Item #274301 Patty's Got a Gun: Patricia Hearst in 1970s America. William Graebner.

Patty's Got a Gun: Patricia Hearst in 1970s America

University of Chicago Press, August 2015. Trade Paperback. Used - Very Good. Item #274301
ISBN: 022632432X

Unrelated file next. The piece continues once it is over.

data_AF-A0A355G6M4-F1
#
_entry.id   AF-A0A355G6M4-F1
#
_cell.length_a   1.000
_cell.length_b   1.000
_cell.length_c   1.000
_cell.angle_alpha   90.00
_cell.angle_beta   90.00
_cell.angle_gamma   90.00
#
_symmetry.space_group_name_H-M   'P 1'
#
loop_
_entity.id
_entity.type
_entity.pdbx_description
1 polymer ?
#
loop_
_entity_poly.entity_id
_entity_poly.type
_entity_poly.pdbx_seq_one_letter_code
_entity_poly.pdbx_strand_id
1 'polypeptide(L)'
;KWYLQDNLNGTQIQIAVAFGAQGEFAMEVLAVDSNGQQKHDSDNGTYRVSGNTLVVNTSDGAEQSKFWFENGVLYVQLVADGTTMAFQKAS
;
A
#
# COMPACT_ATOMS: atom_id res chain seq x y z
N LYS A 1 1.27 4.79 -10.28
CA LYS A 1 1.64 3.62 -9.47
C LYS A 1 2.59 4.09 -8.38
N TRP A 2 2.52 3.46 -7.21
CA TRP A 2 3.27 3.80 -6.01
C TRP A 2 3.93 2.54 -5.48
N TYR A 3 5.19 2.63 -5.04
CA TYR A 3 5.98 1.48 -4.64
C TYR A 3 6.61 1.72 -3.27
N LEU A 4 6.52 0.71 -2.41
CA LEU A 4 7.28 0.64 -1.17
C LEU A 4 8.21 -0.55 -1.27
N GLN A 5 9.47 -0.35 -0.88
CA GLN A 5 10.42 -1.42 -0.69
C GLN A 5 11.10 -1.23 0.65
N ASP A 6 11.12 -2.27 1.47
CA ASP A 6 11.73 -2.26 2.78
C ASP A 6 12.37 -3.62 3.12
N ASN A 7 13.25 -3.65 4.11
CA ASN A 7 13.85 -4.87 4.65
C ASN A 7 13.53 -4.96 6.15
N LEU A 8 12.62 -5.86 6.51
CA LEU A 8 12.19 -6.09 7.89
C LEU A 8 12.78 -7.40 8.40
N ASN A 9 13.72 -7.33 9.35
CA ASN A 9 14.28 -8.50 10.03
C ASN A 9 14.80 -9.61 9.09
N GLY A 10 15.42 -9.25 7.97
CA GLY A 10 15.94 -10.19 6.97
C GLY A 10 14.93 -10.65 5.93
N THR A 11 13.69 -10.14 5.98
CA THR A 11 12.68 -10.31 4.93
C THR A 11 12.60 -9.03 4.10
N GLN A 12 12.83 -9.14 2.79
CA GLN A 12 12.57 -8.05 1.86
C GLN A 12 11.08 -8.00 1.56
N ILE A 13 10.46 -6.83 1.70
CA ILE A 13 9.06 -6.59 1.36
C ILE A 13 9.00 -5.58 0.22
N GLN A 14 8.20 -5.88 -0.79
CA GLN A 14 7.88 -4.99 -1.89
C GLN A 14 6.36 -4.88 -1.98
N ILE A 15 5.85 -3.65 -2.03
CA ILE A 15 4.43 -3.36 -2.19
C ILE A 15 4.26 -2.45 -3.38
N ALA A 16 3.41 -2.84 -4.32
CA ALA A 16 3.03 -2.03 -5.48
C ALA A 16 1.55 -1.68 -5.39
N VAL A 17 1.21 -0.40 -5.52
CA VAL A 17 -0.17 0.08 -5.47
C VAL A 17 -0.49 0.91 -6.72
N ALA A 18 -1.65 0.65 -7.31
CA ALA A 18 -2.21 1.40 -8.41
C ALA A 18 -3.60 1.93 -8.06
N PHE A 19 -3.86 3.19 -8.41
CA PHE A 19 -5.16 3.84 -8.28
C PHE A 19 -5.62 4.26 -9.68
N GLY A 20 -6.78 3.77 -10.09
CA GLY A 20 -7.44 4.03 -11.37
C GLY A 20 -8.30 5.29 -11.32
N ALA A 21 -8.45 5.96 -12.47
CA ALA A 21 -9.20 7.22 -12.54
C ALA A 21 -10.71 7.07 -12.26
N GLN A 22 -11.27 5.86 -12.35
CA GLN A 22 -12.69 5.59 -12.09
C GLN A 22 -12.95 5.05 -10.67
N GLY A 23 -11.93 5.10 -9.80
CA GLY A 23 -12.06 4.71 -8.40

It was a story so bizarre it defied belief: in April 1974, twenty-year-old newspaper heiress Patricia Hearst robbed a San Francisco bank in the company of members of the Symbionese Liberation Army--who had kidnapped her a mere nine weeks earlier. But the robbery--and the spectacular 1976 trial that ended with Hearst's criminal conviction--seemed oddly appropriate to the troubled mood of the nation, an instant exemplar of a turbulent era. With Patty's Got a Gun, the first substantial reconsideration of Patty Hearst's story in more than twenty-five years, William Graebner vividly re-creates the atmosphere of uncertainty and frustration of mid-1970s America. Drawing on copious media accounts of the robbery and trial--as well as cultural artifacts from glam rock to Invasion of the Body Snatchers--Graebner paints a compelling portrait of a nation confused and frightened by the upheavals of 1960s liberalism and beginning to tip over into what would become Reagan-era conservatism, with its invocations of individual responsibility and the heroic. Trapped in the middle of that shift, the affectless, zombielike, "brainwashed" Patty Hearst was a ready-made symbol of all that seemed to have gone wrong with the sixties--the inevitable result, some said, of rampant permissiveness, feckless elitism, the loss of moral clarity, and feminism run amok. By offering a fresh look at Patty Hearst and her trial--for the first time free from the agendas of the day, yet set fully in their cultural context--Patty's Got a Gun delivers a nuanced portrait of both an unforgettable moment and an entire era, one whose repercussions continue to be felt today.

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